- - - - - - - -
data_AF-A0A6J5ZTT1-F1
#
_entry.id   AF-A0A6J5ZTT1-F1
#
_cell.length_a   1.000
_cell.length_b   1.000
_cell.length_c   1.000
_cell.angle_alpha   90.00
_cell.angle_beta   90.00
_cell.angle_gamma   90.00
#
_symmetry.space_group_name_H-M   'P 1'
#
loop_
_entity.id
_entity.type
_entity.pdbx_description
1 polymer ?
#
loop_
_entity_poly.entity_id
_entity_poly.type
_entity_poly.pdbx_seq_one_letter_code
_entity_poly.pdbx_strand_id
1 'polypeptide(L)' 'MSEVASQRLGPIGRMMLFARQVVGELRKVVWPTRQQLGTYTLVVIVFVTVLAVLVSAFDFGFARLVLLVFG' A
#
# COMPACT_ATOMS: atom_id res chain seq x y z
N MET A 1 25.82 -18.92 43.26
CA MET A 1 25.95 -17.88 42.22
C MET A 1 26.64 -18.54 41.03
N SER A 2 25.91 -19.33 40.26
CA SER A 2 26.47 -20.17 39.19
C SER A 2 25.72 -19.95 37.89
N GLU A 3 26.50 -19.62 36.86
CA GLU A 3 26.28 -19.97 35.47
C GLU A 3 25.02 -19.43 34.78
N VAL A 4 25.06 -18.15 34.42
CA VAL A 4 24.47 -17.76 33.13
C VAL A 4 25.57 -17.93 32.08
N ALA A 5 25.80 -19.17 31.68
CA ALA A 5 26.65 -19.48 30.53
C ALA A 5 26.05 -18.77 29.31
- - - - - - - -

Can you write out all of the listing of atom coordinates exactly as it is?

data_AF-A0A6J5ZTT1-F1
#
_entry.id   AF-A0A6J5ZTT1-F1
#
_cell.length_a   1.000
_cell.length_b   1.000
_cell.length_c   1.000
_cell.angle_alpha   90.00
_cell.angle_beta   90.00
_cell.angle_gamma   90.00
#
_symmetry.space_group_name_H-M   'P 1'
#
loop_
_entity.id
_entity.type
_entity.pdbx_description
1 polymer ?
#
loop_
_entity_poly.entity_id
_entity_poly.type
_entity_poly.pdbx_seq_one_letter_code
_entity_poly.pdbx_strand_id
1 'polypeptide(L)' 'MSEVASQRLGPIGRMMLFARQVVGELRKVVWPTRQQLGTYTLVVIVFVTVLAVLVSAFDFGFARLVLLVFG' A
#
# COMPACT_ATOMS: atom_id res chain seq x y z
N MET A 1 25.82 -18.92 43.26
CA MET A 1 25.95 -17.88 42.22
C MET A 1 26.64 -18.54 41.03
N SER A 2 25.91 -19.33 40.26
CA SER A 2 26.47 -20.17 39.19
C SER A 2 25.72 -19.95 37.89
N GLU A 3 26.50 -19.62 36.86
CA GLU A 3 26.28 -19.97 35.47
C GLU A 3 25.02 -19.43 34.78
N VAL A 4 25.06 -18.15 34.42
CA VAL A 4 24.47 -17.76 33.13
C VAL A 4 25.57 -17.93 32.08
N ALA A 5 25.80 -19.17 31.68
CA ALA A 5 26.65 -19.48 30.53
C ALA A 5 26.05 -18.77 29.31